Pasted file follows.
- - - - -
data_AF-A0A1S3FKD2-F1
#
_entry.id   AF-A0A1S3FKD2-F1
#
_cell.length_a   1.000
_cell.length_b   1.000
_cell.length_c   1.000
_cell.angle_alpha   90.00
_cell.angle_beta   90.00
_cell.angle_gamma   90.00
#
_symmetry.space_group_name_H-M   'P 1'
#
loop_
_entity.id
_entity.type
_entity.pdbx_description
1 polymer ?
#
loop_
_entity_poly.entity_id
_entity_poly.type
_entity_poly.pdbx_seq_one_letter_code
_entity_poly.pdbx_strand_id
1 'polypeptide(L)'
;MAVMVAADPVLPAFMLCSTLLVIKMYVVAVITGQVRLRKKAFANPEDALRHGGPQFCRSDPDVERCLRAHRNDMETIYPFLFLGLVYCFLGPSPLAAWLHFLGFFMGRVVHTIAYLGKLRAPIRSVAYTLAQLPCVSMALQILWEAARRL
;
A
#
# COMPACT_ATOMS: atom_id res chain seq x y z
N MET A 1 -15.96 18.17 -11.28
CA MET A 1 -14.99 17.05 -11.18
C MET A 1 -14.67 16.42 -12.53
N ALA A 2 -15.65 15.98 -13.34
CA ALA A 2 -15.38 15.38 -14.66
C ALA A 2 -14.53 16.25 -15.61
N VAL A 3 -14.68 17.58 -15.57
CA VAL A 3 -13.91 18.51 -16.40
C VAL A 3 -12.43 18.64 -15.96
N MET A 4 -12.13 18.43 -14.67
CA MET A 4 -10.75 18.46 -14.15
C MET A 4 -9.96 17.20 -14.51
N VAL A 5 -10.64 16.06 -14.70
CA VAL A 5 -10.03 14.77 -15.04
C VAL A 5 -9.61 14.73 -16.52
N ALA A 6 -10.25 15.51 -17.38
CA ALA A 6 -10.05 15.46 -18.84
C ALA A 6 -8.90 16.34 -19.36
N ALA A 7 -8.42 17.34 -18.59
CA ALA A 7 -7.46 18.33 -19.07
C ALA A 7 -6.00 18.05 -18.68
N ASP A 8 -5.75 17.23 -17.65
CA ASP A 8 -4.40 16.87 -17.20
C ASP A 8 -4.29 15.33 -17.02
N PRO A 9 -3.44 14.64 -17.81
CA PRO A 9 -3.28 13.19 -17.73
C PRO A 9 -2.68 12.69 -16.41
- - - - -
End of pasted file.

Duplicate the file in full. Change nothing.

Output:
data_AF-A0A1S3FKD2-F1
#
_entry.id   AF-A0A1S3FKD2-F1
#
_cell.length_a   1.000
_cell.length_b   1.000
_cell.length_c   1.000
_cell.angle_alpha   90.00
_cell.angle_beta   90.00
_cell.angle_gamma   90.00
#
_symmetry.space_group_name_H-M   'P 1'
#
loop_
_entity.id
_entity.type
_entity.pdbx_description
1 polymer ?
#
loop_
_entity_poly.entity_id
_entity_poly.type
_entity_poly.pdbx_seq_one_letter_code
_entity_poly.pdbx_strand_id
1 'polypeptide(L)'
;MAVMVAADPVLPAFMLCSTLLVIKMYVVAVITGQVRLRKKAFANPEDALRHGGPQFCRSDPDVERCLRAHRNDMETIYPFLFLGLVYCFLGPSPLAAWLHFLGFFMGRVVHTIAYLGKLRAPIRSVAYTLAQLPCVSMALQILWEAARRL
;
A
#
# COMPACT_ATOMS: atom_id res chain seq x y z
N MET A 1 -15.96 18.17 -11.28
CA MET A 1 -14.99 17.05 -11.18
C MET A 1 -14.67 16.42 -12.53
N ALA A 2 -15.65 15.98 -13.34
CA ALA A 2 -15.38 15.38 -14.66
C ALA A 2 -14.53 16.25 -15.61
N VAL A 3 -14.68 17.58 -15.57
CA VAL A 3 -13.91 18.51 -16.40
C VAL A 3 -12.43 18.64 -15.96
N MET A 4 -12.13 18.43 -14.67
CA MET A 4 -10.75 18.46 -14.15
C MET A 4 -9.96 17.20 -14.51
N VAL A 5 -10.64 16.06 -14.70
CA VAL A 5 -10.03 14.77 -15.04
C VAL A 5 -9.61 14.73 -16.52
N ALA A 6 -10.25 15.51 -17.38
CA ALA A 6 -10.05 15.46 -18.84
C ALA A 6 -8.90 16.34 -19.36
N ALA A 7 -8.42 17.34 -18.59
CA ALA A 7 -7.46 18.33 -19.07
C ALA A 7 -6.00 18.05 -18.68
N ASP A 8 -5.75 17.23 -17.65
CA ASP A 8 -4.40 16.87 -17.20
C ASP A 8 -4.29 15.33 -17.02
N PRO A 9 -3.44 14.64 -17.81
CA PRO A 9 -3.28 13.19 -17.73
C PRO A 9 -2.68 12.69 -16.41